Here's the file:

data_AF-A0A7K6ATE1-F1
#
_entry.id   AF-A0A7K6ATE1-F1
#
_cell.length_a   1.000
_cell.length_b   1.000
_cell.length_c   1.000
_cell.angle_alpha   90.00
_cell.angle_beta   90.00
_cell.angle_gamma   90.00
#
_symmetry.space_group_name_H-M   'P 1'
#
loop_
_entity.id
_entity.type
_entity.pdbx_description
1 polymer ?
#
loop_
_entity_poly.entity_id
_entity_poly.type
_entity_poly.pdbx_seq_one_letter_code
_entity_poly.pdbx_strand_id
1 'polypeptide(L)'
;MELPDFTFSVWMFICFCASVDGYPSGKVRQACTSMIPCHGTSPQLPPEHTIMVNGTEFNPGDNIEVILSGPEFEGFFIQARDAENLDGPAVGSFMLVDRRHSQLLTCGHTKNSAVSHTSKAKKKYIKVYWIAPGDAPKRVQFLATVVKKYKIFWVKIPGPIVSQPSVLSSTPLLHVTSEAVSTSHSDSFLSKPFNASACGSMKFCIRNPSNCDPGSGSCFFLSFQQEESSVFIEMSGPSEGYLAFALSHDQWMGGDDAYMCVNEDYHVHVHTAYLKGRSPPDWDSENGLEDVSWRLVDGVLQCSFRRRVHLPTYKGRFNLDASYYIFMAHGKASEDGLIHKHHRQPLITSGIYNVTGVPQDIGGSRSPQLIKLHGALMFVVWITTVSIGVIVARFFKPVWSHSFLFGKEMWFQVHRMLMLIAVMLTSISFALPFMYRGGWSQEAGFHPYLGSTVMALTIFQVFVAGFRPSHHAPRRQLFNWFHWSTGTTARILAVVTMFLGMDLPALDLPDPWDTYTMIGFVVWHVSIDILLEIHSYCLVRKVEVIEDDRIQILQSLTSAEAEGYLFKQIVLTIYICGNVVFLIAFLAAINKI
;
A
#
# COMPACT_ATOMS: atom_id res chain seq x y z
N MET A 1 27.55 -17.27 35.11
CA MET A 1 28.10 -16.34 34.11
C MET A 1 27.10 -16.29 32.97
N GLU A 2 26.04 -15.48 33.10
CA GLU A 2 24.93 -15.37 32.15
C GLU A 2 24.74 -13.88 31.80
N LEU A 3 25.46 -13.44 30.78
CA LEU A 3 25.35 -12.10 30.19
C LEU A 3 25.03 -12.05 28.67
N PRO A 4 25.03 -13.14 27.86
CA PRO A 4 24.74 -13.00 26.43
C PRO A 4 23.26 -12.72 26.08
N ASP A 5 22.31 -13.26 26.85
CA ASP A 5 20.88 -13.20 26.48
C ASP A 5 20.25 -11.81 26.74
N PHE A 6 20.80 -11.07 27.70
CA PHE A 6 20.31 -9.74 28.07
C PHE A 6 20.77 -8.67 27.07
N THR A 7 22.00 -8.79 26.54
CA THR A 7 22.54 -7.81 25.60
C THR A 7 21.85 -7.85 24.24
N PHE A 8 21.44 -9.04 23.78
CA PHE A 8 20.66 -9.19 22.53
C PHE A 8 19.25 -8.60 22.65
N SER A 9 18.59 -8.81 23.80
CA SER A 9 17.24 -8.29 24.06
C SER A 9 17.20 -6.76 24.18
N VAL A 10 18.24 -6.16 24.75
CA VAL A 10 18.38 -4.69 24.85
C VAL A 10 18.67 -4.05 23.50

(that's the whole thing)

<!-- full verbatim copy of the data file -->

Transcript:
data_AF-A0A7K6ATE1-F1
#
_entry.id   AF-A0A7K6ATE1-F1
#
_cell.length_a   1.000
_cell.length_b   1.000
_cell.length_c   1.000
_cell.angle_alpha   90.00
_cell.angle_beta   90.00
_cell.angle_gamma   90.00
#
_symmetry.space_group_name_H-M   'P 1'
#
loop_
_entity.id
_entity.type
_entity.pdbx_description
1 polymer ?
#
loop_
_entity_poly.entity_id
_entity_poly.type
_entity_poly.pdbx_seq_one_letter_code
_entity_poly.pdbx_strand_id
1 'polypeptide(L)'
;MELPDFTFSVWMFICFCASVDGYPSGKVRQACTSMIPCHGTSPQLPPEHTIMVNGTEFNPGDNIEVILSGPEFEGFFIQARDAENLDGPAVGSFMLVDRRHSQLLTCGHTKNSAVSHTSKAKKKYIKVYWIAPGDAPKRVQFLATVVKKYKIFWVKIPGPIVSQPSVLSSTPLLHVTSEAVSTSHSDSFLSKPFNASACGSMKFCIRNPSNCDPGSGSCFFLSFQQEESSVFIEMSGPSEGYLAFALSHDQWMGGDDAYMCVNEDYHVHVHTAYLKGRSPPDWDSENGLEDVSWRLVDGVLQCSFRRRVHLPTYKGRFNLDASYYIFMAHGKASEDGLIHKHHRQPLITSGIYNVTGVPQDIGGSRSPQLIKLHGALMFVVWITTVSIGVIVARFFKPVWSHSFLFGKEMWFQVHRMLMLIAVMLTSISFALPFMYRGGWSQEAGFHPYLGSTVMALTIFQVFVAGFRPSHHAPRRQLFNWFHWSTGTTARILAVVTMFLGMDLPALDLPDPWDTYTMIGFVVWHVSIDILLEIHSYCLVRKVEVIEDDRIQILQSLTSAEAEGYLFKQIVLTIYICGNVVFLIAFLAAINKI
;
A
#
# COMPACT_ATOMS: atom_id res chain seq x y z
N MET A 1 27.55 -17.27 35.11
CA MET A 1 28.10 -16.34 34.11
C MET A 1 27.10 -16.29 32.97
N GLU A 2 26.04 -15.48 33.10
CA GLU A 2 24.93 -15.37 32.15
C GLU A 2 24.74 -13.88 31.80
N LEU A 3 25.46 -13.44 30.78
CA LEU A 3 25.35 -12.10 30.19
C LEU A 3 25.03 -12.05 28.67
N PRO A 4 25.03 -13.14 27.86
CA PRO A 4 24.74 -13.00 26.43
C PRO A 4 23.26 -12.72 26.08
N ASP A 5 22.31 -13.26 26.85
CA ASP A 5 20.88 -13.20 26.48
C ASP A 5 20.25 -11.81 26.74
N PHE A 6 20.80 -11.07 27.70
CA PHE A 6 20.31 -9.74 28.07
C PHE A 6 20.77 -8.67 27.07
N THR A 7 22.00 -8.79 26.54
CA THR A 7 22.54 -7.81 25.60
C THR A 7 21.85 -7.85 24.24
N PHE A 8 21.44 -9.04 23.78
CA PHE A 8 20.66 -9.19 22.53
C PHE A 8 19.25 -8.60 22.65
N SER A 9 18.59 -8.81 23.80
CA SER A 9 17.24 -8.29 24.06
C SER A 9 17.20 -6.76 24.18
N VAL A 10 18.24 -6.16 24.75
CA VAL A 10 18.38 -4.69 24.85
C VAL A 10 18.67 -4.05 23.50